The Republican argument against President Obama’s executive actions on immigration has generally focused on process: they shy away from the policy argument, instead insisting that the White House went about creating this policy in an offensive, and potentially unconstitutional, way.
To put it mildly, the GOP’s pitch hasn’t gone well, with the constitutional argument unraveling altogether. But what about the notion of political norms? Perhaps Obama’s actions were technically legal, but they exceeded what’s generally acceptable under American traditions?
We talked briefly last week about the Republican abandonment of political norms, including during the debt-ceiling crisis in 2011, but Brian Beutler fleshed this out in persuasive detail yesterday.
[T]he big glaring exception in all this, and the one that really underscores the argument that an abiding concern for traditions doesn’t really drive conservative opposition to Obama’s deportation relief, is the weaponization of the debt limit.There, the precedent, and the danger to the constitutional order, was actually quite clear. Republicans in 2011 (and again, to less effect, in 2013) attempted to leverage their control over half of the legislature, to impose their substantive preferences on a Democratic president and the majority party in the Senate by using the threat economic calamity as a bargaining chip. To borrow from the right today, we had a situation in which the speaker of the House tried to usurp the Senate’s agenda-setting power and the president’s plenary power to determine which laws to sign and which to veto, by laying out an unprecedented choice between a right-wing vision without popular support, and default on the national debt.
The gambit had no place in the American tradition. At least since the Civil War, the 2011 debt-ceiling crisis was the first time a major U.S. political party abandoned the policymaking process, declaring that it would crash the American economy on purpose unless its demands were met. It was effectively an example of political violence, and though Republicans broke no laws, their tactic was a striking betrayal of American norms.
At the time, few on the right raised any concerns at all about process or lawmakers’ willingness to act outside political traditions – conservatives weighed policy and electoral considerations, but little else.
And there’s no reason to stop there.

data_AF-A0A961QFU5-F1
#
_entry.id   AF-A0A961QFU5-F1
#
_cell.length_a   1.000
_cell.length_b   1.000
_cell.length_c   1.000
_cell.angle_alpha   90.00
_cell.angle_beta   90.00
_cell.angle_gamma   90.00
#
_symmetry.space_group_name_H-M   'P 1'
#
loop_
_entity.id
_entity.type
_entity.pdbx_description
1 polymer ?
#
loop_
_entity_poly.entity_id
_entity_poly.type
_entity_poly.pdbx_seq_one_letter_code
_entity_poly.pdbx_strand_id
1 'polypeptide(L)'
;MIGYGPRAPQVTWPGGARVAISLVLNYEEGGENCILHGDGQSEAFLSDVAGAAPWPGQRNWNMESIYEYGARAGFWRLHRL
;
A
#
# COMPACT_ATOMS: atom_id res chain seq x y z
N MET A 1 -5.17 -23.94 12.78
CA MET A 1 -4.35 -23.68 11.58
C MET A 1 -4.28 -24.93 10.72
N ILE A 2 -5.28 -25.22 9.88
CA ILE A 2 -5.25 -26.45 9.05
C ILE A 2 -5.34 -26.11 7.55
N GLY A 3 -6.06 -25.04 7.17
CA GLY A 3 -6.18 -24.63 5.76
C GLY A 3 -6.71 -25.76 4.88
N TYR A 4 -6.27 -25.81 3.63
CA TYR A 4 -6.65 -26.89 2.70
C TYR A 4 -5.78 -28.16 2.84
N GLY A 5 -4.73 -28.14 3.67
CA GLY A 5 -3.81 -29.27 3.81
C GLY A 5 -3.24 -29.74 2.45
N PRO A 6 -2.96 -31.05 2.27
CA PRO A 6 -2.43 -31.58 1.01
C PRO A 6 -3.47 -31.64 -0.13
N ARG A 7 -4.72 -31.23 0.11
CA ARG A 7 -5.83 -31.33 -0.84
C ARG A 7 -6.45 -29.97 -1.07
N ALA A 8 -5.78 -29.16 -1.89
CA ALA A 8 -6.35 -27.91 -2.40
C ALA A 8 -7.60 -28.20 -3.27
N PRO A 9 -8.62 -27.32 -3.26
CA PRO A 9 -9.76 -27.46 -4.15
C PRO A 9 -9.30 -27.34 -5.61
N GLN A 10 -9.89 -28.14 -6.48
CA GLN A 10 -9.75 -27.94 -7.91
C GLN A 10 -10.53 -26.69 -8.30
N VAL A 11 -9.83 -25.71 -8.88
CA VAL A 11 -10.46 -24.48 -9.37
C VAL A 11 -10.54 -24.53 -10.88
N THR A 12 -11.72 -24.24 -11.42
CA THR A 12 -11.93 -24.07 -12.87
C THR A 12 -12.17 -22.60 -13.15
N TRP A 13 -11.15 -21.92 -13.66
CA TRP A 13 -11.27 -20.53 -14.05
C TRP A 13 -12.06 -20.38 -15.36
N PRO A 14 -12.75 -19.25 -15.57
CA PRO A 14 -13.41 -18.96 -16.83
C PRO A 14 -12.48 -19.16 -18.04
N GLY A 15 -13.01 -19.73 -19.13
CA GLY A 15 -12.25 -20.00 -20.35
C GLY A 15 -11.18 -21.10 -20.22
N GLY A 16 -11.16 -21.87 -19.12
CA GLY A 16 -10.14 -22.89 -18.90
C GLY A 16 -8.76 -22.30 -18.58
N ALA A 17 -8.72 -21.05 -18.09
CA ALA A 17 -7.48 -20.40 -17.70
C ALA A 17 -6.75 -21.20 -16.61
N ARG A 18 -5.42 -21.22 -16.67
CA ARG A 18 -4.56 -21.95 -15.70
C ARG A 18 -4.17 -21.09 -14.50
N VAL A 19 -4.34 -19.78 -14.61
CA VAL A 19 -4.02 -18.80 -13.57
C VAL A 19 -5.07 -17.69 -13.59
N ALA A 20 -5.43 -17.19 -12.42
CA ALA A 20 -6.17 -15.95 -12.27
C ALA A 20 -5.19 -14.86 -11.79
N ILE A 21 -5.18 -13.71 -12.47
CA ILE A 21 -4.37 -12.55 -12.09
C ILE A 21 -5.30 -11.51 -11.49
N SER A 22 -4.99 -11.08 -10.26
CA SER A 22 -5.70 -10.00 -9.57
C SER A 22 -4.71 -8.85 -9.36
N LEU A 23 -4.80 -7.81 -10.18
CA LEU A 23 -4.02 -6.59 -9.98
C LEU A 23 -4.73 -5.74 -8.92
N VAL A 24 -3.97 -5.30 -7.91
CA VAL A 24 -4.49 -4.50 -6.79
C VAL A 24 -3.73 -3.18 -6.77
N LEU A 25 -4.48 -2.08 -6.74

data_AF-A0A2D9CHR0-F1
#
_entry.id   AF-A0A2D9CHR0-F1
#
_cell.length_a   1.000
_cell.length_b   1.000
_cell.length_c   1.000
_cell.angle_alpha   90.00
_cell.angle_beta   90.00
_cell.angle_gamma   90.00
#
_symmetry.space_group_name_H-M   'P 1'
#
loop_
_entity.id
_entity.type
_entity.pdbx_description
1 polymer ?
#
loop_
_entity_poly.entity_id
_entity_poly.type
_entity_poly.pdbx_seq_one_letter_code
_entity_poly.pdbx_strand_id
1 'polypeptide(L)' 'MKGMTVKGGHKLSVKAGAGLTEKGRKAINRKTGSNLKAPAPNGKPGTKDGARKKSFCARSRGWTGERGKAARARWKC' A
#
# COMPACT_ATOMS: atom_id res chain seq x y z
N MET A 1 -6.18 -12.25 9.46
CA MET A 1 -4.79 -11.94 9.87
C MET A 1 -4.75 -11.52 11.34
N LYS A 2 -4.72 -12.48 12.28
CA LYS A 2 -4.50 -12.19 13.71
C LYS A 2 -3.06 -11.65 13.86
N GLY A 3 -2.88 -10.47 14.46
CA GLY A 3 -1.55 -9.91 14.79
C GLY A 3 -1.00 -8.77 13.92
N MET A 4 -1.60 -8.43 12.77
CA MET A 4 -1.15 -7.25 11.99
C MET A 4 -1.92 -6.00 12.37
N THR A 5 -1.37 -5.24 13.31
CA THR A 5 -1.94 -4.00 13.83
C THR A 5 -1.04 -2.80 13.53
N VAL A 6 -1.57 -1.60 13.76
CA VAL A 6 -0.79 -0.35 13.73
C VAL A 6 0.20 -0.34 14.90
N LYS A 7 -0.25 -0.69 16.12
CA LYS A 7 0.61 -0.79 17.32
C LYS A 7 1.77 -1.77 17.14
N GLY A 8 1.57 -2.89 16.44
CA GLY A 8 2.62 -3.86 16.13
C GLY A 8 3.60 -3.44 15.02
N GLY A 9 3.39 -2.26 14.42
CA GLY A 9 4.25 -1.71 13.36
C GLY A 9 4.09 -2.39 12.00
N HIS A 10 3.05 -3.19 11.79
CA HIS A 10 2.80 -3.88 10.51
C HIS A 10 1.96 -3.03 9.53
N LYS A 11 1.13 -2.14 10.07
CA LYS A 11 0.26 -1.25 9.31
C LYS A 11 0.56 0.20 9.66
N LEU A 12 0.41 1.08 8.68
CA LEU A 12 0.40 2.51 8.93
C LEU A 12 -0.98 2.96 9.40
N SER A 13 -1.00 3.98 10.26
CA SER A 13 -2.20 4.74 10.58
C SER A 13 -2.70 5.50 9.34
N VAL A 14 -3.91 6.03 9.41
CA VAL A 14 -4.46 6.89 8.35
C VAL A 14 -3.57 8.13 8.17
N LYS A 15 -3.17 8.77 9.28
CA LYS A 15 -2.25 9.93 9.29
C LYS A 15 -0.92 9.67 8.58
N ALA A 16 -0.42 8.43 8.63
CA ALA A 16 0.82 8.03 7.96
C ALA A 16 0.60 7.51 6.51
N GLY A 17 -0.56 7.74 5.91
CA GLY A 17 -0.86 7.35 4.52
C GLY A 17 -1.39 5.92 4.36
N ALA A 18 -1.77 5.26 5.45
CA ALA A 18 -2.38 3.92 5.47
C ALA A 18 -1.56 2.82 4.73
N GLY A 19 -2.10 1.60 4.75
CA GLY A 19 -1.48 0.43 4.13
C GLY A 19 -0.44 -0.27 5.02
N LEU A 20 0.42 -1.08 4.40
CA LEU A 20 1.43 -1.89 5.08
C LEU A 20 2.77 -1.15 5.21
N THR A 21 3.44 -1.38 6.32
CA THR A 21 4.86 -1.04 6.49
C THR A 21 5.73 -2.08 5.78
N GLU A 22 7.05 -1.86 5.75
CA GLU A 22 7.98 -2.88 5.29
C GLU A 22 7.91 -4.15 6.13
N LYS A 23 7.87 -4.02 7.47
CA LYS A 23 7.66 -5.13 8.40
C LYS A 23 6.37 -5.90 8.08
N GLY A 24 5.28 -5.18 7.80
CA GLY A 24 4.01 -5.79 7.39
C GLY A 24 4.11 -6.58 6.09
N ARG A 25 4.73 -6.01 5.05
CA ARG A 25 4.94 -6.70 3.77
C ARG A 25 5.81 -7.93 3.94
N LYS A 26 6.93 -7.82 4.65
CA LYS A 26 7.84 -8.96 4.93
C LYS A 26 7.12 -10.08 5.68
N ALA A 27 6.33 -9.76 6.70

The notion of a Senate minority blocking literally all consequential legislation, requiring 60-vote supermajorities to pass just about everything, is obviously a break with American norms – but Republicans did it anyway.
Or how about the fight over the Consumer Financial Protection Bureau? For the first time in American history, a minority of the Senate blocked an executive-branch agency from functioning, simply because it didn’t like the agency’s legal existence. Our system’s norms would find such a tactic abhorrent, but the GOP did that anyway, too.
We can do this all day. Mid-decade re-redistricting. Blue-slip abuses. Filibustering cabinet nominees. Government shutdowns.
I’m not unsympathetic to the argument that norms should be taken seriously. There are laws and formal rules that obviously need to be honored – breaking them risks adverse consequences – but there are other, less formal standards about accepted forms of conduct. In the American tradition, those in positions of power and authority have a responsibility to respect these norms. There are, we’ve been led to believe, certain steps officials should not take, not because of a specific law, but because they fall far outside our common practices.
But as Republican politics has become radicalized in recent years, these norms have been deliberately cast aside, seen as little more than annoyances that get in the way of a conservative movement’s ambitions.
And now the right, furious about immigration governing, suddenly wants to have a debate about our cherished institutional traditions? Conservatives probably haven’t thought this one all the way through.
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The right selectively sees political norms as important